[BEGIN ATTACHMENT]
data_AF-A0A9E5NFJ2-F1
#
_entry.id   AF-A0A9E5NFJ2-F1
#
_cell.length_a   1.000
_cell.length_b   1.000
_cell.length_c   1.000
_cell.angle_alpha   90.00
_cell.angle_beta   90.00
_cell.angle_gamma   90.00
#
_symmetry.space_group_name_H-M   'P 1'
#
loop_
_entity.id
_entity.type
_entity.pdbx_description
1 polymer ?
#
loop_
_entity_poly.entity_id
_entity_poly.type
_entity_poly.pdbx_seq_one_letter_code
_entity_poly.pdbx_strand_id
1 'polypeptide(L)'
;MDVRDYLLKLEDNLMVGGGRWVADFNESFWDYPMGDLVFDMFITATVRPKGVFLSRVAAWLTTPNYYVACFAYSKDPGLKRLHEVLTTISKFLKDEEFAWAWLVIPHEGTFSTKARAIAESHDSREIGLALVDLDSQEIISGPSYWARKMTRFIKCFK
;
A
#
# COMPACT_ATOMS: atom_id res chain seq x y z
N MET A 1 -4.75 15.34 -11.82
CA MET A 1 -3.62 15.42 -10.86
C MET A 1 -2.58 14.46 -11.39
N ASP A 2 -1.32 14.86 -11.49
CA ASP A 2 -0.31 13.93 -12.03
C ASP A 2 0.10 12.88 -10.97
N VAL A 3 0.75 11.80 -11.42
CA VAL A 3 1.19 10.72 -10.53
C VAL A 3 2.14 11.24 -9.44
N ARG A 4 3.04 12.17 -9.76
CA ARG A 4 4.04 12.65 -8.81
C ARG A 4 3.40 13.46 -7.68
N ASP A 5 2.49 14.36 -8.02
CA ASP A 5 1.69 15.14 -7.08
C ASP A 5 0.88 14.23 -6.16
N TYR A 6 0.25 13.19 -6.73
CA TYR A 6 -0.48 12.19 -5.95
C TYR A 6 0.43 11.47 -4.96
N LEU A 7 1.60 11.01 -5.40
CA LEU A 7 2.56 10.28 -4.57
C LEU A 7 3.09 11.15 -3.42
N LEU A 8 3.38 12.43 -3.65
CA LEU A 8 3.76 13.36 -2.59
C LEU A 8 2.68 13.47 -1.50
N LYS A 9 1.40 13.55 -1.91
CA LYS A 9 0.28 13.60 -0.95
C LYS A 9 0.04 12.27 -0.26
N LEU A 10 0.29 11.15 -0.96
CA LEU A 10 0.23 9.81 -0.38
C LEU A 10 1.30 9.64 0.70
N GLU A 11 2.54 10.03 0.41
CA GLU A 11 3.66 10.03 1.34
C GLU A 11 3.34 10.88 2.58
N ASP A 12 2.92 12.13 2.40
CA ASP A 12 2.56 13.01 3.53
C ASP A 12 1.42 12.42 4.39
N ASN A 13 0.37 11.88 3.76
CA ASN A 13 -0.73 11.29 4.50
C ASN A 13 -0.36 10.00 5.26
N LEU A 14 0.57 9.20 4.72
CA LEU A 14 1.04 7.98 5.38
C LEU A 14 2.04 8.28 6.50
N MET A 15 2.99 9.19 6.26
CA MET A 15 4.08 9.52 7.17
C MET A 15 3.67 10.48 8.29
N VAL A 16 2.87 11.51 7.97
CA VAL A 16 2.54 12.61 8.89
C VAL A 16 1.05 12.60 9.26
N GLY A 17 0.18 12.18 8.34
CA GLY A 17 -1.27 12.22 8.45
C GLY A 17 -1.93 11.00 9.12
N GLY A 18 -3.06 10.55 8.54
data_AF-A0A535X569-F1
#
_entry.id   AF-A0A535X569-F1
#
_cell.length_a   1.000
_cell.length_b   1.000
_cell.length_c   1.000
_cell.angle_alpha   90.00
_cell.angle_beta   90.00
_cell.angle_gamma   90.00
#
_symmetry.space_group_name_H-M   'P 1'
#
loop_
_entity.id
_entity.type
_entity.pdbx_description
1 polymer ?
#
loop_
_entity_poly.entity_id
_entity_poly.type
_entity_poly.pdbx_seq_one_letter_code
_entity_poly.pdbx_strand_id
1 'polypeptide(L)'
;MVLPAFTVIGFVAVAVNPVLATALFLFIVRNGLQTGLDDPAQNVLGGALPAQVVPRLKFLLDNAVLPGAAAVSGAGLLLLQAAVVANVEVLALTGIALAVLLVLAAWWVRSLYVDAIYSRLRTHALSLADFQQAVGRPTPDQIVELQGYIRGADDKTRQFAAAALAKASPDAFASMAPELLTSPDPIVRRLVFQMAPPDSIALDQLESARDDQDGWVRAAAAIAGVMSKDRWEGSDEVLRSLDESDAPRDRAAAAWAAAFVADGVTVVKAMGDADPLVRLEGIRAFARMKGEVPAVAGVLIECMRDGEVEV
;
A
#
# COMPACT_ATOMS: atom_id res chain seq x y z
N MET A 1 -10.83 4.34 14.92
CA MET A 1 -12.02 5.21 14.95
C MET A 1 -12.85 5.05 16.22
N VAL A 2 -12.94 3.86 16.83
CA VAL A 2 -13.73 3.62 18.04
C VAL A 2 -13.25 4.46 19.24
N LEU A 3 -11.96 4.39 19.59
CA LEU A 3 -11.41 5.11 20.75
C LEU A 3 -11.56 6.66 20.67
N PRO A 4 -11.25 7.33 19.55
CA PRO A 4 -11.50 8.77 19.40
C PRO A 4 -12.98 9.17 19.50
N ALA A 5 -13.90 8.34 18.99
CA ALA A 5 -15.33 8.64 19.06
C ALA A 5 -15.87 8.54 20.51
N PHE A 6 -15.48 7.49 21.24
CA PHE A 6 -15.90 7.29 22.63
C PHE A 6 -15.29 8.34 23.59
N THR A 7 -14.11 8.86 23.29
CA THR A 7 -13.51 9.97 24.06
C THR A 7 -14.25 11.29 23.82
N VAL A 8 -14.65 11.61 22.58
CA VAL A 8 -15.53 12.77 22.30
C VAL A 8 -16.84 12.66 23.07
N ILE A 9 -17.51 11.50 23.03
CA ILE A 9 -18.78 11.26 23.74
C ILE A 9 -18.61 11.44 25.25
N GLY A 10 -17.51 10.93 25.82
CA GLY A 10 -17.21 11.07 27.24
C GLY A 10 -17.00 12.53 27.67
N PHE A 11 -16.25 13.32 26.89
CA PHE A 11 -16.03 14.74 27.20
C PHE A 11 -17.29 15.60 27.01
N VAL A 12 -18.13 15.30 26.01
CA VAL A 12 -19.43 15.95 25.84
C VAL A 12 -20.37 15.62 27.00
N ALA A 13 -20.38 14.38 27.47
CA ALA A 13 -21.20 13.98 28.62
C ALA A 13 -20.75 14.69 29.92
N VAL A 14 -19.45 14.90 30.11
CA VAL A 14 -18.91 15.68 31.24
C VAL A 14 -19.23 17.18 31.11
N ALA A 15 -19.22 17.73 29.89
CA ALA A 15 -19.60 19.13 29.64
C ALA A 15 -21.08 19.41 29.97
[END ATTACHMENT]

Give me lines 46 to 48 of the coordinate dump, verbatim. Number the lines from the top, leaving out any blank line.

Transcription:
N TYR A 6 0.25 13.19 -6.73
CA TYR A 6 -0.48 12.19 -5.95
C TYR A 6 0.43 11.47 -4.96